The problem our society, and indeed any society, faces today is to reconcile character and freedom. The Western world is the proud beneficiary of the Enlightenment, that cultural and intellectual movement that espoused freedom, endorsed scientific inquiry, and facilitated trade. But for a good life, mere freedom is not sufficient. It must work with and support commitment, for out of commitment arises the human character that will guide the footsteps of people navigating the tantalizing opportunities that freedom offers. Freedom and character are not incompatible, but keeping them in balance is a profound challenge for any culture.One aspect of character that appears connected with marriage – and is even included in the marriage vows of many religious traditions – is loyalty. But what sort of loyalty is meant here? The word comes from the French loyauté, which in turn derives from the Latin legalis. In feudal times, it meant fidelity to one’s oath to a master. The nineteenth-century American philosopher Josiah Royce said that loyalty was the supreme moral good, but surely that cannot be right. As critics have pointed out, a Nazi is not regarded as a moral person because he is loyal to Nazism. Even being loyal to the state in which one lives can be destructive if the state is headed by an evil ruler or is constitutionally illegitimate.
September 17, 2005
Here’s a bit of common sense verified by science and modern medicine. Delaying marriage often leads to a delay in having babies. Now, BBC News reports that women delaying children until after age 35 are risking both health and heartbreak.
Over the last 20 years pregnancies in women over 35 have risen markedly and the average age of mothers has gone up. Writing in the British Medical Journal, the London-based fertility specialists say they are “saddened” by the number of women they see who have problems. They say the best age for pregnancy remains 20 to 35. Over the last 20 years the average age for a woman to have their first baby has risen from 26 to 29.
September 16, 2005
September 14, 2005
In “The Court, the Constitution, and the Culture of Freedom,” Peter Berkowitz argues that an expansive concept of human liberty lies behind the Supreme Court’s tradition of jurisprudence. He goes on to argue that this progressive understanding of human freedom is likely to mean that the nation’s high court will one day decide that access to same-sex marriage is nothing less than a right guaranteed under the U.S. Constitution.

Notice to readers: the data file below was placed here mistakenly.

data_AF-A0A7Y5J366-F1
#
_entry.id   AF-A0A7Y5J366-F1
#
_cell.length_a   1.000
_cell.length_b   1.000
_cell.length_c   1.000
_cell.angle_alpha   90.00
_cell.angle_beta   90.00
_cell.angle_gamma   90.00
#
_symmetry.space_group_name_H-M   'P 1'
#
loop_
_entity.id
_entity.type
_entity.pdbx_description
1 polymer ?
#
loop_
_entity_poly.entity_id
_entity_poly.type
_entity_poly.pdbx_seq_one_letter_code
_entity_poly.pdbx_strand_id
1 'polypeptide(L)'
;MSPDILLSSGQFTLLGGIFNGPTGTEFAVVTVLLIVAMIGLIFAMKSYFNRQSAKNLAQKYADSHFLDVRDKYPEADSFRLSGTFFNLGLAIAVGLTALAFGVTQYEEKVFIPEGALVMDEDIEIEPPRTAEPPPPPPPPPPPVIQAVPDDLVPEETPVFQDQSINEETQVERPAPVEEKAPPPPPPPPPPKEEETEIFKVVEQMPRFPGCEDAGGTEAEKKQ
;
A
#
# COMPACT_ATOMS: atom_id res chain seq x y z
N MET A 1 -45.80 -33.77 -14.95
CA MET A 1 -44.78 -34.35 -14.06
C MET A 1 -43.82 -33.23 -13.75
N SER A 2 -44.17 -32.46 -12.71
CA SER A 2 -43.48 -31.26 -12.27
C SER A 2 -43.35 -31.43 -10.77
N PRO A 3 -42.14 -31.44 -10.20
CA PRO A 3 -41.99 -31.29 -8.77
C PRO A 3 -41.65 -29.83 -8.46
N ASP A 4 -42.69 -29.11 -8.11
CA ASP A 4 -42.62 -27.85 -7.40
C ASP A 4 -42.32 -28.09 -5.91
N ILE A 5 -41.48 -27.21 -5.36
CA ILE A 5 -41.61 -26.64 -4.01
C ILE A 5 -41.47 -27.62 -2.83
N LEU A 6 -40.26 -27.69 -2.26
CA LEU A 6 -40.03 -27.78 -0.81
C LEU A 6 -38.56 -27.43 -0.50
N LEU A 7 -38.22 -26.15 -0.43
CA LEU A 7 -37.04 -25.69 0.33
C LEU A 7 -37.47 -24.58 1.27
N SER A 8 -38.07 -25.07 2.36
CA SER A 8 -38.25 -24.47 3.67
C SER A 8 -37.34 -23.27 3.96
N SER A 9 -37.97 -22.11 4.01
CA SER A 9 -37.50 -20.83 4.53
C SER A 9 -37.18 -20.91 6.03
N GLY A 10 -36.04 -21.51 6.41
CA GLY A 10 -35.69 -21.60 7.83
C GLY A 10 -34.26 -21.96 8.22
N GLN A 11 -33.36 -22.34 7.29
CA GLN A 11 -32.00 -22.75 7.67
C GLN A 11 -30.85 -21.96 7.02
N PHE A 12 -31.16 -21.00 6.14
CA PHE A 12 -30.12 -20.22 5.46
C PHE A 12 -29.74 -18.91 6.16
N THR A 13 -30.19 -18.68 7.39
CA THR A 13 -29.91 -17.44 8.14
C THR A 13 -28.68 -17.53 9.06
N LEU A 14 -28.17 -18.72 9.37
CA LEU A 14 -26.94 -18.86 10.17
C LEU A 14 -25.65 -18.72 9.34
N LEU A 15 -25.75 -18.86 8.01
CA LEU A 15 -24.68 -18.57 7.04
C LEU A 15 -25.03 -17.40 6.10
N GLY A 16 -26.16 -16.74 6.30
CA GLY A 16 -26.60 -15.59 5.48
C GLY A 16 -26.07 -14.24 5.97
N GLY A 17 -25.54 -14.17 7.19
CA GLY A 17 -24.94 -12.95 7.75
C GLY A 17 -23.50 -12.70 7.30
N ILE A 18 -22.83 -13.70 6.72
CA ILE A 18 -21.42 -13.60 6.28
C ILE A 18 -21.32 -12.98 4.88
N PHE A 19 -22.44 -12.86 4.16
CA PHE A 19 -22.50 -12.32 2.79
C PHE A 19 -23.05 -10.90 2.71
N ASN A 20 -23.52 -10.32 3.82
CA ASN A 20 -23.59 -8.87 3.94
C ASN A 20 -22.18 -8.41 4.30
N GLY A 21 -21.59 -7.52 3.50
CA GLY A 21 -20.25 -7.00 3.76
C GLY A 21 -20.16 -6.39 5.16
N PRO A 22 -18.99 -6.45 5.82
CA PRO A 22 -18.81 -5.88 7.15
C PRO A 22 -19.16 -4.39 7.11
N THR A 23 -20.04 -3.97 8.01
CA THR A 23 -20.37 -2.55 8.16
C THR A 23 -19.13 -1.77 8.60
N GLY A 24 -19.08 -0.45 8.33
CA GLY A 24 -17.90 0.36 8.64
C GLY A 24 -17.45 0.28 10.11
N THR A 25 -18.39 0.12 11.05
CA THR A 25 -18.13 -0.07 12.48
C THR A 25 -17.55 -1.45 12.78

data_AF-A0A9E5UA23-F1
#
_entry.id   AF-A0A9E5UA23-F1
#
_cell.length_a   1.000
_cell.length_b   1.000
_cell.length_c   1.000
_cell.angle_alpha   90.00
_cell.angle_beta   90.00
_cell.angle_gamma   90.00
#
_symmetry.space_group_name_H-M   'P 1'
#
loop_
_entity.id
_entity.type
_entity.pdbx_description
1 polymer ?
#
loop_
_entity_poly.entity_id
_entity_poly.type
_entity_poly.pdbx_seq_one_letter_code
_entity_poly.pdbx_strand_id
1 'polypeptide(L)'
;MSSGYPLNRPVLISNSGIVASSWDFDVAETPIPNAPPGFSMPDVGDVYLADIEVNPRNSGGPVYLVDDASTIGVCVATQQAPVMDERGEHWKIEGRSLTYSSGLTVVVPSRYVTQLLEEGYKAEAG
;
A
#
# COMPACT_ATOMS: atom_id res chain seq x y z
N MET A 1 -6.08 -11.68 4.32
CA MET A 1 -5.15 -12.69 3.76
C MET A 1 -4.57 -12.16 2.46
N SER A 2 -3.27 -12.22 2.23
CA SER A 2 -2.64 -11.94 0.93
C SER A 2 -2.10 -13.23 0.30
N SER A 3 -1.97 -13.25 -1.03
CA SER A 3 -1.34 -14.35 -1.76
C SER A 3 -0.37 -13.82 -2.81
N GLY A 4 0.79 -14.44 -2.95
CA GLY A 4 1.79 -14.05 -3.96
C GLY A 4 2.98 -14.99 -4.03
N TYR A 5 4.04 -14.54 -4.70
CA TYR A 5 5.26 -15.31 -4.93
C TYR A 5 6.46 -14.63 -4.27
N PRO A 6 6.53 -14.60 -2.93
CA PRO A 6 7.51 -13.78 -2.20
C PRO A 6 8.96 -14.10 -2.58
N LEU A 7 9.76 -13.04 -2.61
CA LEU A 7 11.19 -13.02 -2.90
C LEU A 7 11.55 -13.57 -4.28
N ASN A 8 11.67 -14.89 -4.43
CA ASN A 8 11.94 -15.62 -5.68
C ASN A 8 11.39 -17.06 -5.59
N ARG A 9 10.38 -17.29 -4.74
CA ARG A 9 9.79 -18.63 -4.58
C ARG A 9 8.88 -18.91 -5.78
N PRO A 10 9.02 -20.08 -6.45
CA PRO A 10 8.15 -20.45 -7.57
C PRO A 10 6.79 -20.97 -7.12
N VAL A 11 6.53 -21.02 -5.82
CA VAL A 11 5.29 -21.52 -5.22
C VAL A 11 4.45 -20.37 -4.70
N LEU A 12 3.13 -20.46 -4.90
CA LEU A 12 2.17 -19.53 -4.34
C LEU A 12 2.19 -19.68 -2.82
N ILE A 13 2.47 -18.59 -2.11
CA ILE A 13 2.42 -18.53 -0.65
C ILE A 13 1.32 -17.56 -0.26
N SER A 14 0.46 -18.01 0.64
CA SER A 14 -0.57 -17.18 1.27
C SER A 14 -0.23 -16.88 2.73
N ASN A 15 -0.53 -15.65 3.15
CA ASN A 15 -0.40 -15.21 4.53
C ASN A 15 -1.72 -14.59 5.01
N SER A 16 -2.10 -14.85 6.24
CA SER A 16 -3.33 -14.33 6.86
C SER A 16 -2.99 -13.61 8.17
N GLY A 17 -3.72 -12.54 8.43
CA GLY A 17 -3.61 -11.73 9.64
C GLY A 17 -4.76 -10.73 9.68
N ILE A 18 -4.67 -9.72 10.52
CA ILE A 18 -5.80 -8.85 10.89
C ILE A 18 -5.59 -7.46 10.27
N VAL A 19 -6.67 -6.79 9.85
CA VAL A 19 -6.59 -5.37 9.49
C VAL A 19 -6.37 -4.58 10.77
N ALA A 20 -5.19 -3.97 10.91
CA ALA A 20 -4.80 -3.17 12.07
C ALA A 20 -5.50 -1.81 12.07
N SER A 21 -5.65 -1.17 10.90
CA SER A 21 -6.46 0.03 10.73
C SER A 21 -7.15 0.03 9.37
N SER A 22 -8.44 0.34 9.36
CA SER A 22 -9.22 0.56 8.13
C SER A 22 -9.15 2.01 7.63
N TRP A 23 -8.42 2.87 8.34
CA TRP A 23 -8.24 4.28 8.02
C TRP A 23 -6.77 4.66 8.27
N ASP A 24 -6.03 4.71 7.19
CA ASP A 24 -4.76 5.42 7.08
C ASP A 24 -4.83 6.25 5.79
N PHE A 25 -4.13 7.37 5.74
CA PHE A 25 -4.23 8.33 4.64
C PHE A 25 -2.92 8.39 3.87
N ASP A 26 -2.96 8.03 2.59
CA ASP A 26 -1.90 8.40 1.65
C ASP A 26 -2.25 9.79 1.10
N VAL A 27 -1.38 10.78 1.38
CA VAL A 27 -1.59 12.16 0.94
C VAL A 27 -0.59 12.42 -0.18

September 10, 2005
Danielle Crittenden, author of What Our Mothers Didn’t Tell Us, has written a must-read article, “The Cost of Delaying Marriage.” The article has recently been republished by Boundless.org. This is an issue I address often, and I appreciate Crittenden’s thoughtful analysis — as well as her perspective as a woman.
Crittenden [married to David Frum, by the way], observes that, as recently as the 1950s, most young women married early. Her analysis:
In this sense, we lead lives that are exactly the inverse of our grandmothers’. If previous generations of women were raised to believe that they could only realize themselves within the roles of wife and mother, now the opposite is thought true: It’s only outside these roles that we are able to realize our full potential and worth as human beings. A 20-year-old bride is considered as pitiable as a 30-year-old spinster used to be. Once a husband and children were thought to be essential to a woman’s identity, the source of purpose in her life; today, they are seen as peripherals, accessories that we attach only after our full identities are up and running.
The article is really important. Her intelligent celebration of marriage is refreshing: What we rarely hear – or perhaps are too fearful to admit – is how liberating marriage can actually be. As nerve-wracking as making the decision can be, it is also an enormous relief once it is made. The moment we say, “I do,” we have answered one of the great crucial questions of our lives: We now know with whom we’ll be spending the rest of our years, who will be the father of our children, who will be our family.